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Sri Aurobindo

Collected Poems

SABCL - Volume 5

I. Short Poems

Love in Sorrow

Do you remember, Love, that sunset pale

When from near meadows sad with mist the breeze

Sighed like a feverous soul and with soft wail

The ghostly river sobbed among the trees?

I think that Nature heard our misery

Weep to itself and wept for sympathy.

For we were strangers then; we knew not Fate

In ambush by the solitary stream

Nor did our sorrows hope to find a mate,

Much less of love or friendship dared we dream.

Rather we thought that loneliness and we

Were wed in marble perpetuity.

For there was none who loved me, no, not one.

Alas, what was there that a man should love?

For I was misery’s last and frailest son

And even my mother bade me homeless rove.

And I had wronged my youth and nobler powers

By weak attempts, small failures, wasted hours.

Therefore I laid my cheek on the chill grass

And murmured, “I am overborne with grief

And joy to richer natures hopes to pass.

Oh me! my life is like an aspen leaf

That shakes but will not fall. My thoughts are blind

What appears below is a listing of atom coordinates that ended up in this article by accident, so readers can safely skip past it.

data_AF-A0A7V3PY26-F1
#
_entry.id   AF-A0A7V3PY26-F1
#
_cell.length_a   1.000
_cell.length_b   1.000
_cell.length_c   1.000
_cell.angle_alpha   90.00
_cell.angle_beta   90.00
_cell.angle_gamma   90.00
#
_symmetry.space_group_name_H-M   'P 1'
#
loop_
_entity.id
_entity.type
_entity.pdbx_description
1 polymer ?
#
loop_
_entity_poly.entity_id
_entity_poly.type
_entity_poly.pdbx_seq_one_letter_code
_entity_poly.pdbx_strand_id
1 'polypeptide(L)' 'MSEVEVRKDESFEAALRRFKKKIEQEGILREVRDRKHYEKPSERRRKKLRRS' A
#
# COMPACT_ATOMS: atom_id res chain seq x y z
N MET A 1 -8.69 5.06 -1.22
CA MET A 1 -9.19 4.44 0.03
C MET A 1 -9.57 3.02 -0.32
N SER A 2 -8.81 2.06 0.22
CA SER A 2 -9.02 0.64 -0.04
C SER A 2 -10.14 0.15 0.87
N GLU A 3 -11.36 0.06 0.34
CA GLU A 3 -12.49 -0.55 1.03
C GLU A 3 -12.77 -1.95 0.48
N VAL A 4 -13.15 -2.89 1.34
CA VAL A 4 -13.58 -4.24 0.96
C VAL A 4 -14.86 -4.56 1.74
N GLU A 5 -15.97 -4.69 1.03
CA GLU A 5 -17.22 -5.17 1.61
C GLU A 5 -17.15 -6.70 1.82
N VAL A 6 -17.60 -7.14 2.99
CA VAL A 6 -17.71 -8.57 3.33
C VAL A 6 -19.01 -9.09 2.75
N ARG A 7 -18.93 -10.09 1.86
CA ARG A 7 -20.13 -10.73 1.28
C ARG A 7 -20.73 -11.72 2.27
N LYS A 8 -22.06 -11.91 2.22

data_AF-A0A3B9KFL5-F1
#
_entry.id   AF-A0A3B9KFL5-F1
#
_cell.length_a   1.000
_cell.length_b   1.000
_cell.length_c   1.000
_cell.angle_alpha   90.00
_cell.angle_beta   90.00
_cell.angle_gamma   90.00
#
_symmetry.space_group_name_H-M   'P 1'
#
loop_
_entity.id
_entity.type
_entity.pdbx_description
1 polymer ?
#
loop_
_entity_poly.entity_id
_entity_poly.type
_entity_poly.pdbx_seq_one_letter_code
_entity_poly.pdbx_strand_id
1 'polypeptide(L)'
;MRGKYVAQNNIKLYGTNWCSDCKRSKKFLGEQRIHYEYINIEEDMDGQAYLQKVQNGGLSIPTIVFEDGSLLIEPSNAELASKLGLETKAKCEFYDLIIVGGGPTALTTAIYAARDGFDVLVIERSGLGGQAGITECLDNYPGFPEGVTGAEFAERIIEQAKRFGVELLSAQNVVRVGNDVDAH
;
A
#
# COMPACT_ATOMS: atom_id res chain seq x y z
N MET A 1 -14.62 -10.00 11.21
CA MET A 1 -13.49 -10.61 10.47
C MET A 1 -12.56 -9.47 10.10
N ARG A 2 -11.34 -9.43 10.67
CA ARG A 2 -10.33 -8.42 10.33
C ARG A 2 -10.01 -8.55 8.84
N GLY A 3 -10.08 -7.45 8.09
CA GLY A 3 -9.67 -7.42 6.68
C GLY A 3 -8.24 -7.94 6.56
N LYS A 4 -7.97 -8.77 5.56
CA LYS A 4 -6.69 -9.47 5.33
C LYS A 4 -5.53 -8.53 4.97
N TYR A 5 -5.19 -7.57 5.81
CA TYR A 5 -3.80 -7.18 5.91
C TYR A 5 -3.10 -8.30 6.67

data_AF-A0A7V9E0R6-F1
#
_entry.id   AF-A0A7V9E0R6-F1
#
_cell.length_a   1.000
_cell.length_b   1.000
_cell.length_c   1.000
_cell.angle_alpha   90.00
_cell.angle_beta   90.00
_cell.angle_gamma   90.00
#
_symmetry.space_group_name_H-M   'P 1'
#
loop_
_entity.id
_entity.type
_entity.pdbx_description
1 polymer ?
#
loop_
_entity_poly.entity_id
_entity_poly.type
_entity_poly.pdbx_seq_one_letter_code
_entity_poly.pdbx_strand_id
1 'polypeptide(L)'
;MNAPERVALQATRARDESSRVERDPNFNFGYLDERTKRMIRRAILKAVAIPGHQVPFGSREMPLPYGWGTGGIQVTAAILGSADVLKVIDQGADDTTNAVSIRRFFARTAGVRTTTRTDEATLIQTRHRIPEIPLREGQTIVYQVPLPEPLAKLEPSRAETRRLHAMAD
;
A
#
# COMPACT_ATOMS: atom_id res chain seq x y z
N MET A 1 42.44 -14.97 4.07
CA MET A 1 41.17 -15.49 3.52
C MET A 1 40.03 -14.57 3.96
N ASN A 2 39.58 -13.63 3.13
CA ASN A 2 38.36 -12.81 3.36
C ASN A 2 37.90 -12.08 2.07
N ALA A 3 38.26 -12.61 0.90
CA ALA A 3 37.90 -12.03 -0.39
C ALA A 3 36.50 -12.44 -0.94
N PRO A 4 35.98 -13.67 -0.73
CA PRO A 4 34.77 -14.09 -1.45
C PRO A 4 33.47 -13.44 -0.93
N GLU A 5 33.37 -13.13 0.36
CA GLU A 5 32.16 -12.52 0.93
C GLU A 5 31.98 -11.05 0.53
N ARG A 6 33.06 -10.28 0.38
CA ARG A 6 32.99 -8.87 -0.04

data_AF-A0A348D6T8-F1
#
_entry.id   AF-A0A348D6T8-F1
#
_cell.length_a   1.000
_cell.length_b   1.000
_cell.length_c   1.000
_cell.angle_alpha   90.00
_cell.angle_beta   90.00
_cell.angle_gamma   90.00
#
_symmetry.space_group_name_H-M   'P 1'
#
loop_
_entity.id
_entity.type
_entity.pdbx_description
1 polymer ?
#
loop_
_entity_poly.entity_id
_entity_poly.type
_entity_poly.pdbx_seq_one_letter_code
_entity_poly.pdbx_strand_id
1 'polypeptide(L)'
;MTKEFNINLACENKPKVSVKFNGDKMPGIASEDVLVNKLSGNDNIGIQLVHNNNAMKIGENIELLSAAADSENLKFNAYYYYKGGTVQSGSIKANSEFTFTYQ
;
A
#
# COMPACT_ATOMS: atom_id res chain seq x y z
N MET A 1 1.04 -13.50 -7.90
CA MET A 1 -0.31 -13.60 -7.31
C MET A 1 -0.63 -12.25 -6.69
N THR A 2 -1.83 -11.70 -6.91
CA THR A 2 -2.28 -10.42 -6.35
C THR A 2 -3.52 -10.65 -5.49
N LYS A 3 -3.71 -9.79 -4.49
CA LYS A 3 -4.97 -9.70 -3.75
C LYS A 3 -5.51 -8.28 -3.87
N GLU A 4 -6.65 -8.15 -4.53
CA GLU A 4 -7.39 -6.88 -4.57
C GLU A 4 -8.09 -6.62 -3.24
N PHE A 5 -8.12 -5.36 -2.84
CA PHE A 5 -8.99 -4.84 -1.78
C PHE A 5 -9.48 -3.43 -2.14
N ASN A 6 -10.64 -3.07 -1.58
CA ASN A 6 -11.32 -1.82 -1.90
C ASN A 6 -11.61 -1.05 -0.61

And life so bitter that death seems almost kind.

“How am I weary of the days’ increase,

Of the moon’s brightness and the splendid stars,

The sun that dies not. I would be at peace,

Nor blind my soul with images, nor force

My lips to mirth whose later taste is death,

Nor with vain utterance load my weary breath.”

Thus murmured I aloud nor deemed I spoke

To human ears, but you were hidden, sweet,

Behind the willows when my plaining broke

Upon your lonely muse. Ah, kindly feet

That brushed the grass in tender haste to bind

Another’s wounds, you were less wise than kind.

You said, “My brother, lift your forlorn eyes;

I am your sister more than you unblest.”

I looked upon your face, the book of sighs

And index to incurable unrest.

I rose and kissed you, sweet. Your lips were warm

And drew my heart out like a witch’s charm.

We parted where the sacred spires arose

In silent power above the silent street.

I saw you mid the rose-trees, O white rose,

Linger a moment, then the dusk defeat

My eyes, and, listening, heard your footsteps fade

On the sad leaves of the autumnal glade.

And were you happy, sweet? In me I know –

For either in my blood the autumn sang

His own pale requiem or that new sweet glow

Failed in the light of bitter knowledge – rang

A voice that said, “Behold the loves too pure

To live, the joy that never shall endure.”

This too I know, nor is my hope so bright

But that it sees its autumn cold and sere

Attending with a pale and solemn light

Beyond the gardens of the vernal year.

Yet will I not my weary heart constrain

But take you, sweet, and sweet surcease from pain.


Later edition of this work: The Complete Works of Sri Aurobindo.- Set in 37 volumes.- Volume 2.- Collected Poems.- Pondicherry: Sri Aurobindo Ashram, 2009.- 751 p.